tam·bour (tămbr′, tăm-br)
1. A drum or drummer.
a. A small embroidery frame, usually made of wood or plastic, consisting of two concentric hoops between which fabric is stretched.
b. Embroidery made on such a frame.
3. A rolling front or top for a desk or table, consisting of narrow strips of wood glued to canvas.
4. Architecture See drum.
v. tam·boured, tam·bour·ing, tam·bours
To do (embroidery) on a frame consisting of two concentric hoops.
To embroider at or on such a frame.
[Middle English, from Old French, perhaps ultimately from alteration (influenced by Arabic ṭunbūr, ṭanbūr, tambura) of Arabic *tabbūl, hypocoristic form of ṭabl, drum, or ṭubūl, plural of ṭabl; see TABLA, or perhaps ultimately from alteration (influenced by Arabic ṭunbūr, ṭanbūr) of Persian tabīr, tabīra, drum; probably akin to Middle Persian tumbag, and of imitative origin.]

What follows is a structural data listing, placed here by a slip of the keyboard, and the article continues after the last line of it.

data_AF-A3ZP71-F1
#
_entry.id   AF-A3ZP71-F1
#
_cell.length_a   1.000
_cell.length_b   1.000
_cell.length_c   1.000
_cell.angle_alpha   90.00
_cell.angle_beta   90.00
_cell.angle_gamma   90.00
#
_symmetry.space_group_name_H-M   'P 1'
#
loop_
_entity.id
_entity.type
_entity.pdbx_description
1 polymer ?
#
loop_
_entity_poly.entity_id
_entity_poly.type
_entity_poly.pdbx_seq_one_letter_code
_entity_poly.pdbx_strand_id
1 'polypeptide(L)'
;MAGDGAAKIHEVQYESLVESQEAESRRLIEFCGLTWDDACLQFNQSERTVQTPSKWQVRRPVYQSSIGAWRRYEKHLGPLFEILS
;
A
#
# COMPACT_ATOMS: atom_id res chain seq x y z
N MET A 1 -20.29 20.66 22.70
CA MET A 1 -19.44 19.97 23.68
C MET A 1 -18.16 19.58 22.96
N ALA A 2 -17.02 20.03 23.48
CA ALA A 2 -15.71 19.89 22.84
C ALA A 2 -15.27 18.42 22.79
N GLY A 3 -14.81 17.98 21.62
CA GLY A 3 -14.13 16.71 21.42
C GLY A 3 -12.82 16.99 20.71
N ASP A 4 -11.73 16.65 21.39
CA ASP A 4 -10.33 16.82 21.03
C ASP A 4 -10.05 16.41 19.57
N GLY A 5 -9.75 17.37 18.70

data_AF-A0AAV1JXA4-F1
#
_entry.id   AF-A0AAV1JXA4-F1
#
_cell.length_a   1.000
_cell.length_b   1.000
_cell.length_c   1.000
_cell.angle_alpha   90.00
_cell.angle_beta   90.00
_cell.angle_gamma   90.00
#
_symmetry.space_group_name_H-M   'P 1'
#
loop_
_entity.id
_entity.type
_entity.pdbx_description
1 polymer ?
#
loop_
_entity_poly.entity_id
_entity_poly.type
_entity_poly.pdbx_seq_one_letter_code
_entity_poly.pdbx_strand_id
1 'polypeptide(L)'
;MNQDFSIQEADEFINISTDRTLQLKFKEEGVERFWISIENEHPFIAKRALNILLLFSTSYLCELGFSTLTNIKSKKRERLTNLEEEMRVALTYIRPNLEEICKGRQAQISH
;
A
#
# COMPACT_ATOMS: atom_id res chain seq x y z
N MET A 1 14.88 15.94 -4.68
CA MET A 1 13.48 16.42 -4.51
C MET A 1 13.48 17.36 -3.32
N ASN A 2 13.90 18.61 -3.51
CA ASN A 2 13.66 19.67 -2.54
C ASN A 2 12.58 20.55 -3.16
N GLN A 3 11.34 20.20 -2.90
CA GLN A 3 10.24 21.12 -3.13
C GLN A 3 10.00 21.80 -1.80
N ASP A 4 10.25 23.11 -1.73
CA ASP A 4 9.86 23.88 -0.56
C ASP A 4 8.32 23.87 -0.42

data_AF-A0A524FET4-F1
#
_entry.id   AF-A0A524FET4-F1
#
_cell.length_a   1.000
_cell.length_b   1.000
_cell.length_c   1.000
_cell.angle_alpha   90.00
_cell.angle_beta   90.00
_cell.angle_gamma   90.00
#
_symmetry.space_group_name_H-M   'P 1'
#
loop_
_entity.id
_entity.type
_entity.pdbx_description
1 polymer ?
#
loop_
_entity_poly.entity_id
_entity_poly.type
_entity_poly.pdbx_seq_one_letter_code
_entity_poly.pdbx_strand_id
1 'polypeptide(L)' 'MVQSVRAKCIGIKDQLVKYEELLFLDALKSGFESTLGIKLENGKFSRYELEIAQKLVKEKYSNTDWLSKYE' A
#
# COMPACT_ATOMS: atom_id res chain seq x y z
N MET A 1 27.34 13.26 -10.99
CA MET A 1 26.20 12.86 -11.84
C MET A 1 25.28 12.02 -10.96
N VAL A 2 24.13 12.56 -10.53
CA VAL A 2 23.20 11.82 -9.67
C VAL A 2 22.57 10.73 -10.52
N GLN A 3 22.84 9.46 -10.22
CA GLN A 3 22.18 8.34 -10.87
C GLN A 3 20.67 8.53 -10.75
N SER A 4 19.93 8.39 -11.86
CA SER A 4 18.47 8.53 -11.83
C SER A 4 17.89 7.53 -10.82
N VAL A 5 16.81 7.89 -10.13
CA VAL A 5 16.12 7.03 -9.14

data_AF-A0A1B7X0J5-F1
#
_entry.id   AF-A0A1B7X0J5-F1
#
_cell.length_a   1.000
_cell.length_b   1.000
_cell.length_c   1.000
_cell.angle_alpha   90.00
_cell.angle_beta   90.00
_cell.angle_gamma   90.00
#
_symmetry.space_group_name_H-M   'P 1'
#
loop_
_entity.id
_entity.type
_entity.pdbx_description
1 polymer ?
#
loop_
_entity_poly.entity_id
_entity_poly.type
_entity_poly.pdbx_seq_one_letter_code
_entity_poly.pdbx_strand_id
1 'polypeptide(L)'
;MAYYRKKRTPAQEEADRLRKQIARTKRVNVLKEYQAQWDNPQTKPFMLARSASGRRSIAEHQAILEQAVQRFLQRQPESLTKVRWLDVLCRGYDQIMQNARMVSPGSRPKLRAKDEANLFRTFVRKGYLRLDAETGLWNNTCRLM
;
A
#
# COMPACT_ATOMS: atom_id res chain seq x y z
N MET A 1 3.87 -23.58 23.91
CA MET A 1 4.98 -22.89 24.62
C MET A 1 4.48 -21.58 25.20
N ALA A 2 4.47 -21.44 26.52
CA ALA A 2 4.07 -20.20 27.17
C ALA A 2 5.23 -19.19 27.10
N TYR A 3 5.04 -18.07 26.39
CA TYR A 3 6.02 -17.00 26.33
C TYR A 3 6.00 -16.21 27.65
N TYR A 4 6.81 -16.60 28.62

(click for a larger image)tambour
The American Heritage® Dictionary of the English Language, Fifth Edition copyright ©2020 by Houghton Mifflin Harcourt Publishing Company. All rights reserved.
Indo-European & Semitic Roots Appendices
Thousands of entries in the dictionary include etymologies that trace their origins back to reconstructed proto-languages. You can obtain more information about these forms in our online appendices:
The Indo-European appendix covers nearly half of the Indo-European roots that have left their mark on English words. A more complete treatment of Indo-European roots and the English words derived from them is available in our Dictionary of Indo-European Roots.